With a power to volume ratio of 134 horsepower per liter (more than Ford’s renowned 1.0L EcoBoost) the Volkswagen 2.0L employs Formula 1 grade technology and reportedly achieves record efficiency.
As a rejuvenation of the current VW 2.0L diesel found in the non-U.S. Passat, the new engine adds several salient new features and upgrades. Variable valve timing is a new feature, and so is a special start-stop system, which shuts off the engine in the event the car’s speed falls below 7 mph.
The new 2.0L does add an interesting twist where fuel injection is concerned. Instead of employing the time-tested PD unit injector fuel delivery system, VW went with a common rail injection system, delivering fuel directly to each combustion chamber. The new common rail system delivers fuel at a very high rate, operating at nearly 36,000 psi, or 2,500 bar, which is higher than the current VW TDI engines utilizing unit injection.
A piezoelectric system is used in the fuel injection system. This technology uses quartz crystals situated within the injectors, which expand when electricity is applied. Because the voltage applied to each injector can be manipulated and fine tuned by the ECU, it heightens the precision and efficiency of the injection process.
Perhaps the most technologically advanced aspect of the engine is its turbocharger unit. The turbocharger employed here is Formula 1 grade. Stemming from Audi technology soon to be employed on the next R8, the design essentially uses an electric motor to drive the compressor at lower rpm ranges.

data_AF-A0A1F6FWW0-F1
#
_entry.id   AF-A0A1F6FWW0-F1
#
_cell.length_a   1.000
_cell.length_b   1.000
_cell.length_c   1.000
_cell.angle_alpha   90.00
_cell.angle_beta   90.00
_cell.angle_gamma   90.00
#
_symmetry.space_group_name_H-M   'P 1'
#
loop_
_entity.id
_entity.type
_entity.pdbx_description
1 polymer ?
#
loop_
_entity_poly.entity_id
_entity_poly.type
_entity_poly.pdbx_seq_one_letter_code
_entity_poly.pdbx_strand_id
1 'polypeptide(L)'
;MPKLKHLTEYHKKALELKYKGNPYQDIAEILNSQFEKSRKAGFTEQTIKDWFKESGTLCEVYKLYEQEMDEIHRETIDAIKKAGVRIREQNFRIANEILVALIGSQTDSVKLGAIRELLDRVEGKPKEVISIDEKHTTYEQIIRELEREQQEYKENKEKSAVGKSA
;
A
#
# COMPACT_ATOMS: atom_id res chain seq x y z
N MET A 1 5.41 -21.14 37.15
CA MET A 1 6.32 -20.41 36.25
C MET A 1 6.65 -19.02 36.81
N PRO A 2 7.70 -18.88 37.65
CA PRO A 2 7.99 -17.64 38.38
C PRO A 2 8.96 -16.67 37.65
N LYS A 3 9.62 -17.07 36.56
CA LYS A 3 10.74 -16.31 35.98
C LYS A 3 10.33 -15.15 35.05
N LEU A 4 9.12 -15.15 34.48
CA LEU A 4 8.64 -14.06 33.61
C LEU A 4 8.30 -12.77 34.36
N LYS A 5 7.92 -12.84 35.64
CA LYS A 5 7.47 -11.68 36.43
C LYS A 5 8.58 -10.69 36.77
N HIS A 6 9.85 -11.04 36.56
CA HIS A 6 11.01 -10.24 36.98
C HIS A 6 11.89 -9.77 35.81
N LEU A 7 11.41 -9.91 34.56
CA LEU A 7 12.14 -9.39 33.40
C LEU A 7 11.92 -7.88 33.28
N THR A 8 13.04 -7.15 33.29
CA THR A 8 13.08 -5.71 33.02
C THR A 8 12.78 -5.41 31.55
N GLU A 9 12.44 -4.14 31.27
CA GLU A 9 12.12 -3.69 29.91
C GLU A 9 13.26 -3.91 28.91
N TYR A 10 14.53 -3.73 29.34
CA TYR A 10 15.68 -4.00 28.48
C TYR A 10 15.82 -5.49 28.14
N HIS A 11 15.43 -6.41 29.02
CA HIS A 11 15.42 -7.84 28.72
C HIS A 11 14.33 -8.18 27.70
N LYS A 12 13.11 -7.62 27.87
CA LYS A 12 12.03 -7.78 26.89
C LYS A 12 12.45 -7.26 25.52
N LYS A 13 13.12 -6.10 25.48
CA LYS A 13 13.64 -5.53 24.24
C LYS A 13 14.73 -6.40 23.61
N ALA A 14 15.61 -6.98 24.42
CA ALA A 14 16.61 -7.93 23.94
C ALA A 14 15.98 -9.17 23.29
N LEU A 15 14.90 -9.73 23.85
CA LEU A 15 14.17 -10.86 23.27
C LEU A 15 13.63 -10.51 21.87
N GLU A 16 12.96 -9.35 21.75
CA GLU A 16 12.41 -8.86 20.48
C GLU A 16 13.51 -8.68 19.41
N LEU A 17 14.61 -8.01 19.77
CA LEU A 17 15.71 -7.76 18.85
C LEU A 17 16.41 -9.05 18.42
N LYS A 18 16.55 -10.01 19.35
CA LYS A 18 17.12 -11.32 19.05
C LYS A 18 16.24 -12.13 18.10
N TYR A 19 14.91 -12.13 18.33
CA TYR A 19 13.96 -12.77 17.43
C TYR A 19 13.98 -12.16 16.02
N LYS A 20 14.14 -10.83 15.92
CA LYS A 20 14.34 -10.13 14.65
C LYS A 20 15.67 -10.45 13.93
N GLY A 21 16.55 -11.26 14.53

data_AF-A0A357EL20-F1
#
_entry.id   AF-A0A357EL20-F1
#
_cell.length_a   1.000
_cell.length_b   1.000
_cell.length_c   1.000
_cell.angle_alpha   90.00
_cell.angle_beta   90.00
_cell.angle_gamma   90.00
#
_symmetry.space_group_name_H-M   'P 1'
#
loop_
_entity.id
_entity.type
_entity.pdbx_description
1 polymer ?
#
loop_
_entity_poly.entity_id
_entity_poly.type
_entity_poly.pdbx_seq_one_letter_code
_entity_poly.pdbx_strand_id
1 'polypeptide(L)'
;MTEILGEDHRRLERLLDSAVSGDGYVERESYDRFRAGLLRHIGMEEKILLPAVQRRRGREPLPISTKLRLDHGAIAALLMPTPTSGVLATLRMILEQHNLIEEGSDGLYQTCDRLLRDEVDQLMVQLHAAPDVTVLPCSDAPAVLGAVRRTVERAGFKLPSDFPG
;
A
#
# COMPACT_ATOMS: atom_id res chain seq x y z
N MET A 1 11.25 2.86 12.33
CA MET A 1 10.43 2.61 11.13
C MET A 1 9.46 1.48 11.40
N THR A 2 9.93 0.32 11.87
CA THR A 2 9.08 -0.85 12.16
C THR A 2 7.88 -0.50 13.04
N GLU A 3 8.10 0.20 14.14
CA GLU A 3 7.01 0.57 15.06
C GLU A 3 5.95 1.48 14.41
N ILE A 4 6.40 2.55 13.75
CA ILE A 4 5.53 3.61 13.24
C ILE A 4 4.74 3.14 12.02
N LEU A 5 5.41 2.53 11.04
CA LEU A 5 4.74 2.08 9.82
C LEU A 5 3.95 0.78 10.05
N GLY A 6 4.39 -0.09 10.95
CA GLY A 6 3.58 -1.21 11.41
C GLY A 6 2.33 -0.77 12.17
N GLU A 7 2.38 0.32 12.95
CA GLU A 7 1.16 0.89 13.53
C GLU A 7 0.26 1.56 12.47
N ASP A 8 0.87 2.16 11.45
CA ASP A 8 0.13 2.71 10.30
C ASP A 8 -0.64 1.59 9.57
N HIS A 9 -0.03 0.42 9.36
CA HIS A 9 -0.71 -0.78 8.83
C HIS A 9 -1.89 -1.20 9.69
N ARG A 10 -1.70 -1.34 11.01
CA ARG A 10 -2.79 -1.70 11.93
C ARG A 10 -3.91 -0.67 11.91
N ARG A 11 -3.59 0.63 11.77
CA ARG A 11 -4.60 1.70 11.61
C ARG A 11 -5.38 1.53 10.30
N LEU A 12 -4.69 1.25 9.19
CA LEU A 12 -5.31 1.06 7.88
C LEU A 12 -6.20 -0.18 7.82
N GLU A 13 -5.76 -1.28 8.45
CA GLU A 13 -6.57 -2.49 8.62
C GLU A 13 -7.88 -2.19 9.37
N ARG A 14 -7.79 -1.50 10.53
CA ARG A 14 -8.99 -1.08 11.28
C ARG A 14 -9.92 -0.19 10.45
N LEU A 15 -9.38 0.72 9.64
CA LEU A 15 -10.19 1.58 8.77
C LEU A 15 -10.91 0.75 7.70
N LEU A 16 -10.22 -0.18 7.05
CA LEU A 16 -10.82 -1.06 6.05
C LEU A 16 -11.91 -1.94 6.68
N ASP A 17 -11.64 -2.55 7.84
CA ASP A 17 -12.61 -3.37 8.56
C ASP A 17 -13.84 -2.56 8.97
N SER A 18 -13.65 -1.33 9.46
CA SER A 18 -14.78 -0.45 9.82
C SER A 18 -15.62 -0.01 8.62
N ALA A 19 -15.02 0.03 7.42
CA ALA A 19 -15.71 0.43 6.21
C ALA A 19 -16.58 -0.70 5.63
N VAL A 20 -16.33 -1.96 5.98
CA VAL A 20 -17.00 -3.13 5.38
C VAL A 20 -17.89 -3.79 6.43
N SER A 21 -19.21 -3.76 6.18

This design will employ an electric motor to drive the turbo at lower rpm, until engine output is sufficient to drive the turbo by exhaust gases. Now, instead of waiting for the exhaust gases to reach a suitable level, power is available almost instantaneously. In Formula 1, the power for this system comes from the KERS system.
Another curious aspect of VW’s improvisation of this turbocharger design is the fact that, in addition to being electrically driven at lower outputs, the engine employs a “twin-turbo” setup. The question of the function of the second turbo is a mystery. Given that the engine is a straight four, that rules out the possibility of a parallel setup, and a sequential setup would seem unlikely due to the presence of the electrical unit. Perhaps, drawing on efficiency concerns, one compressor may be driven electrically, while the second may be much larger and driven by an exhaust turbine; though the first compressor would then technically be reclassified as some sort of supercharger.
The engine will be coupled to Volkswagen’s new 10-speed, dual clutch transmission, pictured below. The 10-speed is of the direct shift gearbox design, which allows either automatic or semi-automatic modes of operation. It replaces the current line of six-speeds and constitutes part of VW’s efforts to drastically improve fuel efficiency across their model range.
Arriving within the next couple of years, this new engine will be one of the more advanced on the market. It represents Volkswagen’s continued commitment to building diesel engines for passenger cars – a trend which seems to have caught on everywhere but in the U.S.